The Robert M. Beren Academy, an Orthodox Jewish high school in Houston, Texas, is back in the state basketball championship tournament after legal pressure led tournament organizers to reschedule the timing of the semifinal and championship games. The school made news this week when it bowed out of the chance to compete because the games fell on Friday evening and Saturday, which is the Jewish sabbath known as Shabbat.
ESPN.com reports that a group of parents filed a lawsuit asking the Texas Association of Private and Parochial Schools (TAPPS) to reschedule the games to accommodate the religious requirements of the Jewish students.
After being notified the lawsuit had been filed, TAPPS director Edd Burleson said the association would reverse course and allow Beren (23-5) to play Dallas Covenant at 2 p.m. Friday at Fort Worth Nolan High School.
Should the [Beren] Stars win, they’ll start their championship game no earlier than 8 p.m. on Saturday.
Headmaster Harry Sinoff and coach Chris Cole only learned of the legal action Thursday morning, they said, and regretted that the situation reached the level of legal action.
“It’s a mixed emotion,” Cole said. “We feel like we’ve earned the right to play. Our focus all week has been trying to get TAPPS to reschedule the game times to accommodate us.
“At the same time, this was not the course of action that we wanted.”
Burleson said earlier this week that association bylaws prevented TAPPS from moving Beren’s game time.
The complaint says that the basketball team is “being denied, solely on account of their religious observance, a once-in-a-lifetime opportunity to compete in their athletic conference’s state basketball championship tournament.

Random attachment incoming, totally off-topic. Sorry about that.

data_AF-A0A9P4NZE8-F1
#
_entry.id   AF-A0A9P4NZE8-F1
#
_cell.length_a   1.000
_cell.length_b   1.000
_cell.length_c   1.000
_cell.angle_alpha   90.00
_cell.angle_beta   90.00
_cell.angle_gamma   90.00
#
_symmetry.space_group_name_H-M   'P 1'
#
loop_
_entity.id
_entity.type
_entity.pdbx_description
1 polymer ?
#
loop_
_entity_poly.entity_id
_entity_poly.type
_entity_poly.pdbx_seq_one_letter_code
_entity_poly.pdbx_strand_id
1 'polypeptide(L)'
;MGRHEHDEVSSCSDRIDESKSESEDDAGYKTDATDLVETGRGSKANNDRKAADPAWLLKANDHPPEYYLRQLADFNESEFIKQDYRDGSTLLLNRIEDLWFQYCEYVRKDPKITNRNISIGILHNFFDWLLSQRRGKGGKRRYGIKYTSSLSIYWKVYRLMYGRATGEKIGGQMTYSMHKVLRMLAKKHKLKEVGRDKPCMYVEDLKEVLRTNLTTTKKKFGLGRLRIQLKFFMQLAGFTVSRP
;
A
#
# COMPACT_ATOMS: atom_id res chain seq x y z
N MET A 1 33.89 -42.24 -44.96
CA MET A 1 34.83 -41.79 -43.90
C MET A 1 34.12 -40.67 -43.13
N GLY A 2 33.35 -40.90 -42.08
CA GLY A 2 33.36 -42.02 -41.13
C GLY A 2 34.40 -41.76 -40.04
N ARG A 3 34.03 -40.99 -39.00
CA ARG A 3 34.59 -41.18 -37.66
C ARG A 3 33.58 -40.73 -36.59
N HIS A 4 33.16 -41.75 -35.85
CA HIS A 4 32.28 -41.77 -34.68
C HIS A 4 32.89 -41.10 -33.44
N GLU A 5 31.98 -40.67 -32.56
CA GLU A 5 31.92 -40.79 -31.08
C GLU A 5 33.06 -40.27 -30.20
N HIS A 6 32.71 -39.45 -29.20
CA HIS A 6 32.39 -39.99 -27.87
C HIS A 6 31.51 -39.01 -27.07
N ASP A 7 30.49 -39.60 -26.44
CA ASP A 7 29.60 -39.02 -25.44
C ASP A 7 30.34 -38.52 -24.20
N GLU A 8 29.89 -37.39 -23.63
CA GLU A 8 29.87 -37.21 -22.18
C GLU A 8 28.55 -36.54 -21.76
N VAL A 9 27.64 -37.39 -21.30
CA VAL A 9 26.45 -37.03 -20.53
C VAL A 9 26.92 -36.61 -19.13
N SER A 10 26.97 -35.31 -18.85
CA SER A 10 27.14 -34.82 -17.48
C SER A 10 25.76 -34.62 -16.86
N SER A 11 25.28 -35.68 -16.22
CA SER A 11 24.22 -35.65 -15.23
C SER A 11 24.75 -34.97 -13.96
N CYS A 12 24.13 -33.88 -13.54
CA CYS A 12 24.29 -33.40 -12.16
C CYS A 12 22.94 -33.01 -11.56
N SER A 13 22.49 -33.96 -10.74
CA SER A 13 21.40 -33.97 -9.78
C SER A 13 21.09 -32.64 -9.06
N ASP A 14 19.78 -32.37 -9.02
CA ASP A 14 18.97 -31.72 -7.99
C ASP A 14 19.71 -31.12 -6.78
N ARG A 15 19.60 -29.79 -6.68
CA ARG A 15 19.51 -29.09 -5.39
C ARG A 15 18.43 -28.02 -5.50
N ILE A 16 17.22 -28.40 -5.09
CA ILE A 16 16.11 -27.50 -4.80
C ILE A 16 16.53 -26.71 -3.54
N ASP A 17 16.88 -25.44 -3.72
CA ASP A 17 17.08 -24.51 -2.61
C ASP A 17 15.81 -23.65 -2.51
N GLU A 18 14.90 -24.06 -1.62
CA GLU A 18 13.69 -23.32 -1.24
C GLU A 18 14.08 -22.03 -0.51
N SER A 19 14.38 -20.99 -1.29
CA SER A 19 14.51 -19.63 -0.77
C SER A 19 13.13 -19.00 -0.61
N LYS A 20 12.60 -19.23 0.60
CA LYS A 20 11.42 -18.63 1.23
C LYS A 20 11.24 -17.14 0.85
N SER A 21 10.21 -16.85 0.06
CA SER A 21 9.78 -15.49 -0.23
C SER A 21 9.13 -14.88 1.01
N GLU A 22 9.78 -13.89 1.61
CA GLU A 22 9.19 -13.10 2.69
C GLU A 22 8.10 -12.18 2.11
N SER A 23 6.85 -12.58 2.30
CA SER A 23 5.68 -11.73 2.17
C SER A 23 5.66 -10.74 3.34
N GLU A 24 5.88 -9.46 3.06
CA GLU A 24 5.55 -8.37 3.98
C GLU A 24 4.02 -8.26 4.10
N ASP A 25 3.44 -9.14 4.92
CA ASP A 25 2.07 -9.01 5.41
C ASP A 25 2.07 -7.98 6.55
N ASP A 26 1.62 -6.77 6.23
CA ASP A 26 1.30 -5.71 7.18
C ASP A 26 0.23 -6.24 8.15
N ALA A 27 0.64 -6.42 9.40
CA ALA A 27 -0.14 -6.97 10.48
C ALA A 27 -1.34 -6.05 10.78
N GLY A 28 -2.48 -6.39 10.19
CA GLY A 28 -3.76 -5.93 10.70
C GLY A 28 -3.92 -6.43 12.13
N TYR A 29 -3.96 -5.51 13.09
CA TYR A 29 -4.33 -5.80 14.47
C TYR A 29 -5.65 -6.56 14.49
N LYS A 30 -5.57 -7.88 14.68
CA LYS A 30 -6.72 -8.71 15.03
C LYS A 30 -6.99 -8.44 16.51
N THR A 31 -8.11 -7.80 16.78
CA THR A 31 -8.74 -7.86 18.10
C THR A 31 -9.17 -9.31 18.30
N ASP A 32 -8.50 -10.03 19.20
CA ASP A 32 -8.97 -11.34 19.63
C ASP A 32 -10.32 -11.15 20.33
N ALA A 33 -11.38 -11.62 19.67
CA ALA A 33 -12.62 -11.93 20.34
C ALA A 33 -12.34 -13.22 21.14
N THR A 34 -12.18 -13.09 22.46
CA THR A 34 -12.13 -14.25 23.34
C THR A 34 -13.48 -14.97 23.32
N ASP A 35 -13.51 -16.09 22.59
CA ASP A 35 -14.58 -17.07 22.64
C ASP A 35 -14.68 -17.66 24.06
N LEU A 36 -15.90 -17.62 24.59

Image: Basketball in the net, via Shutterstock.
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Thursday, March 1st, 2012
The Robert M. Beren Academy, a Jewish day school in Houston, Texas, has opted out of the state basketball championship game because the game falls on the Jewish Sabbath, CNN.com reports. The Orthodox Jewish school observes the Sabbath, called Shabbat in Hebrew, each week from sundown Friday to sunset Saturday, and the semifinal and championship games, which the school has qualified for, both fall on Saturday.
The school has reportedly appealed to the league for a change of time, but so far has been unsuccessful. Appeals are ongoing, though, as CNN reports:
“If we give up this opportunity for our religion it just shows how much we deeply care for it,” Isaac Buchine, a player on the Beren Stars, told KPRC.
“We are hopeful that the TAPPS league will move the games a few hours so that we can compete,” the school said in a statement posted on its website.
“This is a testament to our school and to Coach Cole for his support and dedication, that, independent of the desire to compete, is the desire to uphold our Jewish values,” the statement continued. “We are proud of who we are, and have the courage to act accordingly.”
By Wednesday, more than 5,000 people had signed an online petition, supported by the school, to move the Beren Stars’ semifinal game to Friday morning.
Image: Basketball, via Shutterstock.